Jake Lever is a British visual artist living and working in Birmingham in the United Kingdom. Here he reflects on the last thirteen years of his practice, examining his engagement with the archetypal image of the boat through a series of site-specific installations and participatory projects.
“One of the most calming and powerful actions you can do to intervene in a stormy world is to stand up and show your soul. Soul on deck shines like gold in dark times. The light of the soul throws sparks, can send up flares, builds signal fires, causes proper matters to catch fire. To display the lantern of soul in shadowy times like these—to be fierce and to show mercy toward others; both are acts of immense bravery and greatest necessity.”
—Clarissa Pinkola Estes
Willow, tree branches, and gold leaf on recycled cardboard and rope. Installation in Hailes Church, Gloucestershire.
IN THE MONTHS FOLLOWING MY FATHER’S DEATH, I made a work called Ark that sprang from a deep, primal yearning to honor his passage to the next life. My father, Peter Lever, was from a naval family and had loved boats all his life, but this work was not consciously prompted by biography or memory. Created using willow and sticks sourced from a nearby wood, the fifteen-foot structure was made instinctively, a sculptural weaving that was both cradle and coffin. Not far from my studio was situated the tiny Norman church of Hailes, once a field chapel for pilgrims journeying to the holy shrine nearby within Hailes Priory. Thanks to an imaginative priest, I became the unofficial artist in residence, and over a period of four years the site hosted a series of events called “Pilgrimage to Hailes.” Other artists and performers were drawn in, and together we created installations and events for present-day pilgrims of all ages who camped at the fruit farm up the lane. The 2010 pilgrimage provided the context for installation of Ark, animating this medieval space with a contemporary intervention. I gilded recycled cardboard, attaching flexible “planks” to the willow frame. This extravagance felt significant, a gesture of abundance. The roof beams of the church’s intimate nave strongly evoked an upturned boat, and hanging the vessel from these rafters seemed a natural, complementary act. Something akin to a giant belly, cocoon, or womb, the form quietly asserted itself in this ancient sanctuary: an ark waiting to convey a precious soul to a life beyond.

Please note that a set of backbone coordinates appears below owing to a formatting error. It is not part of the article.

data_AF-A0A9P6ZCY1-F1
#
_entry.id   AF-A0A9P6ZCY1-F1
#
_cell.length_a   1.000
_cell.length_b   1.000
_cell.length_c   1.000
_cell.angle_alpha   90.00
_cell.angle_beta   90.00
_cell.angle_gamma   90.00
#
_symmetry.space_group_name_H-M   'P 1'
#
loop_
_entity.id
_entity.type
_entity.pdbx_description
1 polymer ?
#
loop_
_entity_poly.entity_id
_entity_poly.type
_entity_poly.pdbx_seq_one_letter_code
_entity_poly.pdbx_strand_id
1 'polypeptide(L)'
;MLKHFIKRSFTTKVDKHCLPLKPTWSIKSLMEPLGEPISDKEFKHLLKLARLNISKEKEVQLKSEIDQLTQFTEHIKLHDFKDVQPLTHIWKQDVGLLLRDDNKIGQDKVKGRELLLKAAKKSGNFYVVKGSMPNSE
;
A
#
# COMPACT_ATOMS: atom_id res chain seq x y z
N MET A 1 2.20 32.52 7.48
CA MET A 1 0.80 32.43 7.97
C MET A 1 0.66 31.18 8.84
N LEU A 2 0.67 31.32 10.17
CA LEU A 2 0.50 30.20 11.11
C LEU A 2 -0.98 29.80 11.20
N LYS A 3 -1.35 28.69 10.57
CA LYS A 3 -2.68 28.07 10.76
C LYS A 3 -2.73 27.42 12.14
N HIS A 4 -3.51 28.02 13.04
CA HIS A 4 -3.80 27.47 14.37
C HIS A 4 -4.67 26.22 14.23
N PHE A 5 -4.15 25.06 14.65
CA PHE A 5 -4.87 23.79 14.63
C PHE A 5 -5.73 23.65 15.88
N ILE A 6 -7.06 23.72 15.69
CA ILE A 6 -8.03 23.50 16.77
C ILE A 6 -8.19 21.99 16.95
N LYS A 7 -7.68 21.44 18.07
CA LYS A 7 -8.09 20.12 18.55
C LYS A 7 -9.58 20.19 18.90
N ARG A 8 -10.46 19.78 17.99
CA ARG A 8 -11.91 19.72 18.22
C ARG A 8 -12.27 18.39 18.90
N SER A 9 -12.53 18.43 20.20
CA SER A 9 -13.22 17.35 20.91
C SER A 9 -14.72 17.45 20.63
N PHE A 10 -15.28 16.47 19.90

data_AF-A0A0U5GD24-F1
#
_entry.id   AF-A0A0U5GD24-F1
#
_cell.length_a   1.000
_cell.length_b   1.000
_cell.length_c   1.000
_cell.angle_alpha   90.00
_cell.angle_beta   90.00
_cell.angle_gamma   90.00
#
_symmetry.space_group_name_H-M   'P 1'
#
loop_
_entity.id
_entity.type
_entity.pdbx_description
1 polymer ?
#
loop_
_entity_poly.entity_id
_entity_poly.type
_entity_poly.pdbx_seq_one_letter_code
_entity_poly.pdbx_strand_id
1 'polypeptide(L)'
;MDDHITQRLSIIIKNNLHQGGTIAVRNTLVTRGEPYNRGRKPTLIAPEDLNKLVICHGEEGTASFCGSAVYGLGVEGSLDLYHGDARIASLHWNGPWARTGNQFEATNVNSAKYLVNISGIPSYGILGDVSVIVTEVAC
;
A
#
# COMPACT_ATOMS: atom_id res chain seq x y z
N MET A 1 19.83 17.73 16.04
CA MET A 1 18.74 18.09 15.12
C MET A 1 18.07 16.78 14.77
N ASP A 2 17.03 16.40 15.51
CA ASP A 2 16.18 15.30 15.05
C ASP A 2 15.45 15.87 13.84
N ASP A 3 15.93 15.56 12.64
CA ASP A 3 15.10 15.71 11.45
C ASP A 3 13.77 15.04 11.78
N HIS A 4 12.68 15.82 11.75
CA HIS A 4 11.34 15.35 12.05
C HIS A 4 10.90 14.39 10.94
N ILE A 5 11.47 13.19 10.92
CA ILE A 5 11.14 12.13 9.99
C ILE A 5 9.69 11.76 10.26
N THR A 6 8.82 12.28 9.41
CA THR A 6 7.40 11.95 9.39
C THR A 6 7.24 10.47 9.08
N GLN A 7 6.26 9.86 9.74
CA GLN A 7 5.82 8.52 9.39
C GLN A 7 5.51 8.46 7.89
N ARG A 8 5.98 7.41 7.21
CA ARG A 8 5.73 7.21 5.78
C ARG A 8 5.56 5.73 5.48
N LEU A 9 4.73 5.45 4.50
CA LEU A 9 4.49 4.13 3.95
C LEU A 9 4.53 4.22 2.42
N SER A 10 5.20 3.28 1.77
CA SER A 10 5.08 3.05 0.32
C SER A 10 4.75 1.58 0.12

Bardsey Boats, 2013.
Ink and gold leaf on driftwood from Bardsey Island, Wales. Edition of ten.
Collaboration with the Reverend Chris Thorpe.